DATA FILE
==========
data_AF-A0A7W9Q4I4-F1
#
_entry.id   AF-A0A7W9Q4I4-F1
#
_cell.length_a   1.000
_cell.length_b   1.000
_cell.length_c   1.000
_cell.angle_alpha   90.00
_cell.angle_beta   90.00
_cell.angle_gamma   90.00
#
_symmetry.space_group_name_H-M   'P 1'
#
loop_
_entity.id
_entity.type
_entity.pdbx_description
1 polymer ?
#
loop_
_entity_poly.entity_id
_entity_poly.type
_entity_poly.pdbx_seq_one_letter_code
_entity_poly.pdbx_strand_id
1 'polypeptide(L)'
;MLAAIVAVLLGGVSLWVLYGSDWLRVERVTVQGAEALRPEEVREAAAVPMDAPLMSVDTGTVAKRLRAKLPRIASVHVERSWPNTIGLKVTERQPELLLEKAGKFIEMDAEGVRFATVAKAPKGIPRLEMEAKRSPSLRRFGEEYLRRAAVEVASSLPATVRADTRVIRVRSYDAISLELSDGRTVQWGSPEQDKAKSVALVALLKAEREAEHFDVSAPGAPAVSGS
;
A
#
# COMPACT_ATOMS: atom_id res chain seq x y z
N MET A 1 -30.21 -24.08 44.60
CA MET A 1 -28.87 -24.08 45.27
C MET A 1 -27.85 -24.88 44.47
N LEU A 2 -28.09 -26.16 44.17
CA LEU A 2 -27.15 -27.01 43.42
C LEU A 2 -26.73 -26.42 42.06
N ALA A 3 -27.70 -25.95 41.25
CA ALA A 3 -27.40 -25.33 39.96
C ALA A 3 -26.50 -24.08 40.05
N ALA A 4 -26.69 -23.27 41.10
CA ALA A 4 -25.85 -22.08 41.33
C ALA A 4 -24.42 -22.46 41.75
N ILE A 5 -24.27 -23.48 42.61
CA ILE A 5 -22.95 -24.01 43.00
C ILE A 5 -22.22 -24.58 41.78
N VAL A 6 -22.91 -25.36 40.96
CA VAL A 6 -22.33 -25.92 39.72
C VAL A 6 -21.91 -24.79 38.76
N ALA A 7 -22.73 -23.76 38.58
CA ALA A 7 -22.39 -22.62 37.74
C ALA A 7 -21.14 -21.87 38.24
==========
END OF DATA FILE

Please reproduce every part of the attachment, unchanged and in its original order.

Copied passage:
data_AF-A0A7W9Q4I4-F1
#
_entry.id   AF-A0A7W9Q4I4-F1
#
_cell.length_a   1.000
_cell.length_b   1.000
_cell.length_c   1.000
_cell.angle_alpha   90.00
_cell.angle_beta   90.00
_cell.angle_gamma   90.00
#
_symmetry.space_group_name_H-M   'P 1'
#
loop_
_entity.id
_entity.type
_entity.pdbx_description
1 polymer ?
#
loop_
_entity_poly.entity_id
_entity_poly.type
_entity_poly.pdbx_seq_one_letter_code
_entity_poly.pdbx_strand_id
1 'polypeptide(L)'
;MLAAIVAVLLGGVSLWVLYGSDWLRVERVTVQGAEALRPEEVREAAAVPMDAPLMSVDTGTVAKRLRAKLPRIASVHVERSWPNTIGLKVTERQPELLLEKAGKFIEMDAEGVRFATVAKAPKGIPRLEMEAKRSPSLRRFGEEYLRRAAVEVASSLPATVRADTRVIRVRSYDAISLELSDGRTVQWGSPEQDKAKSVALVALLKAEREAEHFDVSAPGAPAVSGS
;
A
#
# COMPACT_ATOMS: atom_id res chain seq x y z
N MET A 1 -30.21 -24.08 44.60
CA MET A 1 -28.87 -24.08 45.27
C MET A 1 -27.85 -24.88 44.47
N LEU A 2 -28.09 -26.16 44.17
CA LEU A 2 -27.15 -27.01 43.42
C LEU A 2 -26.73 -26.42 42.06
N ALA A 3 -27.70 -25.95 41.25
CA ALA A 3 -27.40 -25.33 39.96
C ALA A 3 -26.50 -24.08 40.05
N ALA A 4 -26.69 -23.27 41.10
CA ALA A 4 -25.85 -22.08 41.33
C ALA A 4 -24.42 -22.46 41.75
N ILE A 5 -24.27 -23.48 42.61
CA ILE A 5 -22.95 -24.01 43.00
C ILE A 5 -22.22 -24.58 41.78
N VAL A 6 -22.91 -25.36 40.96
CA VAL A 6 -22.33 -25.92 39.72
C VAL A 6 -21.91 -24.79 38.76
N ALA A 7 -22.73 -23.76 38.58
CA ALA A 7 -22.39 -22.62 37.74
C ALA A 7 -21.14 -21.87 38.24